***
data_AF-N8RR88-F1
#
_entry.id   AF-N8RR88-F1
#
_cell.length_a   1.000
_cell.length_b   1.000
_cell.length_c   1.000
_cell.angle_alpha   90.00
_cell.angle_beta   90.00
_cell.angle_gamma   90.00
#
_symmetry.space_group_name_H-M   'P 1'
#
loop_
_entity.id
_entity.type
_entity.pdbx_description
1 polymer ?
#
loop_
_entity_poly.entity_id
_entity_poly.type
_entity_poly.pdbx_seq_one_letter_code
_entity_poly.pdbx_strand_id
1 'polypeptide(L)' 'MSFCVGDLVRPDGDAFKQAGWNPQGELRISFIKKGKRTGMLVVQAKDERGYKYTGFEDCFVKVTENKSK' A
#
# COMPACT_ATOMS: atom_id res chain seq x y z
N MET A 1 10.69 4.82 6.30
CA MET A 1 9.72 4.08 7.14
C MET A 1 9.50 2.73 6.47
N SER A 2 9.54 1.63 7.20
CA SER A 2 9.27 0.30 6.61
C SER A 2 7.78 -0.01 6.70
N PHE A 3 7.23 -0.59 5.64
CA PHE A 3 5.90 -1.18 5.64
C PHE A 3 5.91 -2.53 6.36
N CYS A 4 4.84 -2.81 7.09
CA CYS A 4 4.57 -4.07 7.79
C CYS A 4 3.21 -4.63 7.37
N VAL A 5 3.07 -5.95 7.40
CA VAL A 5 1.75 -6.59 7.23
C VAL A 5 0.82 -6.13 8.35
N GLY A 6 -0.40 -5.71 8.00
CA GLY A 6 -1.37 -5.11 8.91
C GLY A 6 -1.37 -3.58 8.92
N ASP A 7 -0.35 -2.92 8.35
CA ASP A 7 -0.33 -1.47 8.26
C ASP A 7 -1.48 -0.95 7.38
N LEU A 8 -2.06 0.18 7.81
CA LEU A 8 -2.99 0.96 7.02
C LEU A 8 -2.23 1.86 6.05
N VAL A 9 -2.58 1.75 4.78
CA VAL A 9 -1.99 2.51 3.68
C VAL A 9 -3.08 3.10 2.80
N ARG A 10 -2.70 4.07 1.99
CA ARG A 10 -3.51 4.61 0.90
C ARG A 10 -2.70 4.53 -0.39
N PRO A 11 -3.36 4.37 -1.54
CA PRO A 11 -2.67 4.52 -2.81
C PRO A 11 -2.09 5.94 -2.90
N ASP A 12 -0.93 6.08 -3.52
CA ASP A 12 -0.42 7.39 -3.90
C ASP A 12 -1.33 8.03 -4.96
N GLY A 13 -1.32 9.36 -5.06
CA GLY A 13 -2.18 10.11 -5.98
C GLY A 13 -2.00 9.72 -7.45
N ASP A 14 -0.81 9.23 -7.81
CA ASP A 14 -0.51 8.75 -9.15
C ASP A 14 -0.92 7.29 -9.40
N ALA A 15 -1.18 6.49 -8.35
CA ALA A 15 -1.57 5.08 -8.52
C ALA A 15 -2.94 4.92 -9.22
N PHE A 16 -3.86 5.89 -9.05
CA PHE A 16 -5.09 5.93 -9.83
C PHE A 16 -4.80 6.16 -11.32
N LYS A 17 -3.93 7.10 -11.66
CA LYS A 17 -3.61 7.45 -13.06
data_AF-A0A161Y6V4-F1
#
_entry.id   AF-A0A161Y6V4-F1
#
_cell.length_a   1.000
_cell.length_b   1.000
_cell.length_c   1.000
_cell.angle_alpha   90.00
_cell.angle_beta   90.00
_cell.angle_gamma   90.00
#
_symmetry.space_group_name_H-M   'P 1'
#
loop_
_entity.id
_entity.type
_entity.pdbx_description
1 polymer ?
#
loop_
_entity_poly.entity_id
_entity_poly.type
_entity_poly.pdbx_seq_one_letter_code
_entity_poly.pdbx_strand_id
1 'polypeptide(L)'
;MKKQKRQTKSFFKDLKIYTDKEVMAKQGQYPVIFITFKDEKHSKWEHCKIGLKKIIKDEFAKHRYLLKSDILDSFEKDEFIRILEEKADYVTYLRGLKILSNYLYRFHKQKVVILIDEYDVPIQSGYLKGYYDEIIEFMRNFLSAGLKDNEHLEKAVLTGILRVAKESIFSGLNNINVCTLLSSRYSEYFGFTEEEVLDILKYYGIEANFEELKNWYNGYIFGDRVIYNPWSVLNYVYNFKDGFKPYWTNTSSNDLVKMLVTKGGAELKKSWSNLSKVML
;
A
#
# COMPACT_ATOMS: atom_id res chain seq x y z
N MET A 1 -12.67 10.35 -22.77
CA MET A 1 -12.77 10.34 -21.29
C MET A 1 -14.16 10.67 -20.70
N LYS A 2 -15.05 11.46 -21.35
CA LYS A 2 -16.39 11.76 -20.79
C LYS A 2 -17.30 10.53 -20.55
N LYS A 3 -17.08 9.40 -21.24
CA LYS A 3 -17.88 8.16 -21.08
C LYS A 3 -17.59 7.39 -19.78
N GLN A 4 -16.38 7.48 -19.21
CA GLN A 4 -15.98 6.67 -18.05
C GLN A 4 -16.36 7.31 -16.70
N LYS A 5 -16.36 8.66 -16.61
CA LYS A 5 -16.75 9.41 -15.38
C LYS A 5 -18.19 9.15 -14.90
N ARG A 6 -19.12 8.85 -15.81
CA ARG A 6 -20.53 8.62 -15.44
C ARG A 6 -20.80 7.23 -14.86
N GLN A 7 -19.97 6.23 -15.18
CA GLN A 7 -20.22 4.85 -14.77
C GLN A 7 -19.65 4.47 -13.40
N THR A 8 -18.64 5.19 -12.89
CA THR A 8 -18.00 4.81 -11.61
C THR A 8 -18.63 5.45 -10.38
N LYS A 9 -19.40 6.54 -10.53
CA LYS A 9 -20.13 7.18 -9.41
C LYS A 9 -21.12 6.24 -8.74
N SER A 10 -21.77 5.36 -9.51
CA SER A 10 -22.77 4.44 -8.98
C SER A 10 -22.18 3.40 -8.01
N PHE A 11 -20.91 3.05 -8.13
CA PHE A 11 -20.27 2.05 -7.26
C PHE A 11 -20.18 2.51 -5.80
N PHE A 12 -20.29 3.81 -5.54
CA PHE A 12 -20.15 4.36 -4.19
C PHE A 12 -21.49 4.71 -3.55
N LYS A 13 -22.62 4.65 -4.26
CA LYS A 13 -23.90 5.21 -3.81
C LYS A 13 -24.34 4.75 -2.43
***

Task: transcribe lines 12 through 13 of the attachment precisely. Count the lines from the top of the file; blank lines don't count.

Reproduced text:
_symmetry.space_group_name_H-M   'P 1'
#